Beer garden at the 2014 Block Street Block Party / File photo
Fayetteville officials have invited bar and restaurant owners to participate in a discussion about the city’s proposal to allow public alcohol consumption during special events.
The meeting is scheduled from 1-2:30 p.m. on Thursday, Aug. 29 in room 111 of City Hall, located at 113 W. Mountain Street.
City Council members last week left the proposal on the first reading. The new law would establish rules and boundaries where residents could drink alcohol at special events and festivals without having to stay inside a fenced-in beer garden.
The move is in response to Act 812, a new Arkansas law that allows municipalities to create designated entertainment districts inside commercial areas that are exempt from state laws that prohibit public alcohol consumption.
Under the proposal, open containers would be restricted to streets that are closed to traffic, like when Dickson Street is blocked off for a festival or parade. Alcohol would be allowed at longstanding special events, including the Saturday Farmers’ Market, First Thursday and Lights of the Ozarks.
Other conditions include a rule that only allows alcoholic drinks inside a compostable or reusable cup. People would only be allowed to have one drink at a time, and containers would be limited to 16 ounces or less. Drinks from one bar couldn’t be taken into another bar, and drinks wouldn’t be allowed in other private establishments without the consent of the owner. Finally, alcoholic drinks could only be consumed if they were purchased from a vendor inside the entertainment district.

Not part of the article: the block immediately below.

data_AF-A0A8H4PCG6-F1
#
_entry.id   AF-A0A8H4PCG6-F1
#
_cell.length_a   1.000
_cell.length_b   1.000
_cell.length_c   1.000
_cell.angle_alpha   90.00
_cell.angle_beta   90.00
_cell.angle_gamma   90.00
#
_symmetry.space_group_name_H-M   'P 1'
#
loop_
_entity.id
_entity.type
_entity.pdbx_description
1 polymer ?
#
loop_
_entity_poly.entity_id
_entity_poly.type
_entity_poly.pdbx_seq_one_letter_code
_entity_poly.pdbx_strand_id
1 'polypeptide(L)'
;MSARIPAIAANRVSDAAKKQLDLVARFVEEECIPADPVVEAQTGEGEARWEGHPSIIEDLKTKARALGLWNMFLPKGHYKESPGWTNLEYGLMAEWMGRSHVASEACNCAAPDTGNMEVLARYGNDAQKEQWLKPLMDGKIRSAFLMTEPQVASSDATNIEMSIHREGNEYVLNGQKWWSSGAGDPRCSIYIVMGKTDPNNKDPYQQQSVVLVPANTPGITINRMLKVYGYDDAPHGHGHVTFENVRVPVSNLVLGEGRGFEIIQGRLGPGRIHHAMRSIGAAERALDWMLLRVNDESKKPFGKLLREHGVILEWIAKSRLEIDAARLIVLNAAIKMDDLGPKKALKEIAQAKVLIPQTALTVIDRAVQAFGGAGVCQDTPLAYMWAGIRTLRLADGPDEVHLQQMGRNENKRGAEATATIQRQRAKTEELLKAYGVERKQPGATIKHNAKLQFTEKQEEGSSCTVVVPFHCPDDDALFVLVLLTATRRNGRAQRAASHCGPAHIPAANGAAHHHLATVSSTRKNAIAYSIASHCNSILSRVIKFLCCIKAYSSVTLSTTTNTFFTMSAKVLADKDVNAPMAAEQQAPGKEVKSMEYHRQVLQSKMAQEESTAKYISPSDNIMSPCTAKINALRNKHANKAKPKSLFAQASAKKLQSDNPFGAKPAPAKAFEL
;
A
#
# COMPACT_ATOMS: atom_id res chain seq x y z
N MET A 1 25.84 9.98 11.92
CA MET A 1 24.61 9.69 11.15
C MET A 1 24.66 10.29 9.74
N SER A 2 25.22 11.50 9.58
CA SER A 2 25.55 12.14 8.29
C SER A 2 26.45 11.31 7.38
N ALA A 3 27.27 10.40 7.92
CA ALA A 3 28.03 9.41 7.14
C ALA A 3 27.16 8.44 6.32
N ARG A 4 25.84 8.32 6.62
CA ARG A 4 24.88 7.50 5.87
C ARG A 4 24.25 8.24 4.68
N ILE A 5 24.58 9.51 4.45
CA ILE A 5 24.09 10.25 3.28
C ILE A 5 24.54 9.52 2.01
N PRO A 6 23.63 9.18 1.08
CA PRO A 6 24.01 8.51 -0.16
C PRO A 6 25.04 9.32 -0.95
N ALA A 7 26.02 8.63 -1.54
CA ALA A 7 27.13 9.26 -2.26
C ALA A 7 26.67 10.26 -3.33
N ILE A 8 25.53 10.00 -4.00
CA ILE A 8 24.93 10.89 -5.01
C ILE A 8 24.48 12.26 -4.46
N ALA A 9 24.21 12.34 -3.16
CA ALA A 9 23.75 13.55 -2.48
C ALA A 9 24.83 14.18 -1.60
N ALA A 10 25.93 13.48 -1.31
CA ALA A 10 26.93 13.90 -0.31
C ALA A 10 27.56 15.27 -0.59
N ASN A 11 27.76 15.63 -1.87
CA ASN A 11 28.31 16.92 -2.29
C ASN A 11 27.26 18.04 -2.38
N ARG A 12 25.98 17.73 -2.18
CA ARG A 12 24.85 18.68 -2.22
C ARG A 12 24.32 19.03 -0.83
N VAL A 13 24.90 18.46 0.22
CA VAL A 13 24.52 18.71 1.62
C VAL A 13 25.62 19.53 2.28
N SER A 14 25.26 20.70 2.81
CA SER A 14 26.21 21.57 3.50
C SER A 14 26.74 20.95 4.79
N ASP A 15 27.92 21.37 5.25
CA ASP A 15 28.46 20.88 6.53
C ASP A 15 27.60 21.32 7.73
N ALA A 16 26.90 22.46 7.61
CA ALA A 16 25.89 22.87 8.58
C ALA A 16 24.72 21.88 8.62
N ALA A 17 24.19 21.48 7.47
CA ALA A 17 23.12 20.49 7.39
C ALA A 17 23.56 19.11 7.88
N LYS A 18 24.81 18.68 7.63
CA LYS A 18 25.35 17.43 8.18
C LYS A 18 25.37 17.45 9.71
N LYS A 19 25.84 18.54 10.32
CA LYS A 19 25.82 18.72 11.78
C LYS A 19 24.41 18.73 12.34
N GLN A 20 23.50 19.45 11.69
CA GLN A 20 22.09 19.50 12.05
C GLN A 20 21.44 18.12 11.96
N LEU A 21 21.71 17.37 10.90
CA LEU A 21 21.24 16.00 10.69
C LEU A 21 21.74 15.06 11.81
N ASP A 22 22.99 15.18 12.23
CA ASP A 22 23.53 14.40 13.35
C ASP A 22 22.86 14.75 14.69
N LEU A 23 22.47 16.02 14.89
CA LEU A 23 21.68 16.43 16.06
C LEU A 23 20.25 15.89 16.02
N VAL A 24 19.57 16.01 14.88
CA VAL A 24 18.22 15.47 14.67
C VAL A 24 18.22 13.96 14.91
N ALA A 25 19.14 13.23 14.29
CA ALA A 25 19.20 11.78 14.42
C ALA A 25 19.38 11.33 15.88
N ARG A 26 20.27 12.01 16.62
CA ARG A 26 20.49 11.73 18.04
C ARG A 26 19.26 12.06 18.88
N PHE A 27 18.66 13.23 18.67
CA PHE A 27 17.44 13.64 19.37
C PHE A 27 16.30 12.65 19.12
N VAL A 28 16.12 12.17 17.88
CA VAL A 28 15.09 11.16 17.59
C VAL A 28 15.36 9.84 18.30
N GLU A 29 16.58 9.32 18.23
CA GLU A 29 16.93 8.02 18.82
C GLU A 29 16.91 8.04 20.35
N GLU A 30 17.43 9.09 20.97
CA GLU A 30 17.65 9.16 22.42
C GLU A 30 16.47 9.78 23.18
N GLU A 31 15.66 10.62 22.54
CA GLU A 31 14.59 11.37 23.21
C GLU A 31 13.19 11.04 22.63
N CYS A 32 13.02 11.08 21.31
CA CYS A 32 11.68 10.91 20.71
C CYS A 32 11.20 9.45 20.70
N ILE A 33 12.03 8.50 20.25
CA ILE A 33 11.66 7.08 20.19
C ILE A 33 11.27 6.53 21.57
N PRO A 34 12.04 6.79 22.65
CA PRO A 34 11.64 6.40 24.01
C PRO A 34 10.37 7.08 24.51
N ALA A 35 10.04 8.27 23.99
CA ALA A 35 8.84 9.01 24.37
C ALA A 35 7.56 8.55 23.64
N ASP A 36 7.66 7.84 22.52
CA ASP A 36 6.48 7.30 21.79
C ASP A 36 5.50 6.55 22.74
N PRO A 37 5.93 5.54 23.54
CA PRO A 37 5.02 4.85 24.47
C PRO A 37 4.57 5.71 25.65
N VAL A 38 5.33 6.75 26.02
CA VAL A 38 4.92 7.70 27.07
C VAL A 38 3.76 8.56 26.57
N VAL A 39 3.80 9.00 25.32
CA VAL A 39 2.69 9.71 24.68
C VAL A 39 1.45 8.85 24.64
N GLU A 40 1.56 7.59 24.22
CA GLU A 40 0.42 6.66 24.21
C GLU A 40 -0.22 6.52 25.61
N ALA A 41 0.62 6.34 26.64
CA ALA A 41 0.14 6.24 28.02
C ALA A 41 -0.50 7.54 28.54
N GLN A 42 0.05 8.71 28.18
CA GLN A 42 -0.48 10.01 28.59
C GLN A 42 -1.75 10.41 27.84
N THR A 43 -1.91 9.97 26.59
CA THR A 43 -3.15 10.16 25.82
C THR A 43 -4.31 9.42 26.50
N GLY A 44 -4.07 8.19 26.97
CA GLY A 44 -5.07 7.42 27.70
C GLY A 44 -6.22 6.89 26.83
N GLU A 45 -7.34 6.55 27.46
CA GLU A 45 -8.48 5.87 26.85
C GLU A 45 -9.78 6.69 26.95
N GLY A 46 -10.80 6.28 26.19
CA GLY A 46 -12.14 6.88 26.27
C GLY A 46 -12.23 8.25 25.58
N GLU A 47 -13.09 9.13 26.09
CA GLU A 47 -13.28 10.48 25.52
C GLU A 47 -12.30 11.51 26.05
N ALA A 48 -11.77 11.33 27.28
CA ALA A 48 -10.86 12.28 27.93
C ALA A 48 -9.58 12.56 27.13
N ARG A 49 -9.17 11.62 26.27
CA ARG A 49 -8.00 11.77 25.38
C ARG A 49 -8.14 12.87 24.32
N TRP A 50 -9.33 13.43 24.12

During last week’s council meeting, City Attorney Kit Williams said the police department and mayor had suggested an amendment to the ordinance that requires an alcohol permittee to place a wristband on anyone who takes an open container out into public during a special event.
The council agreed and amended the proposal to require a “designated physical identifier” be used.
Council member Matthew Petty said he was concerned that nobody from the city or council had spoken with the businesses that will be impacted from this decision. He said a conversation with business owners could be helpful in the discussion.
After Thursday’s discussion, the next chance for public input will be at the Sept. 3 City Council meeting.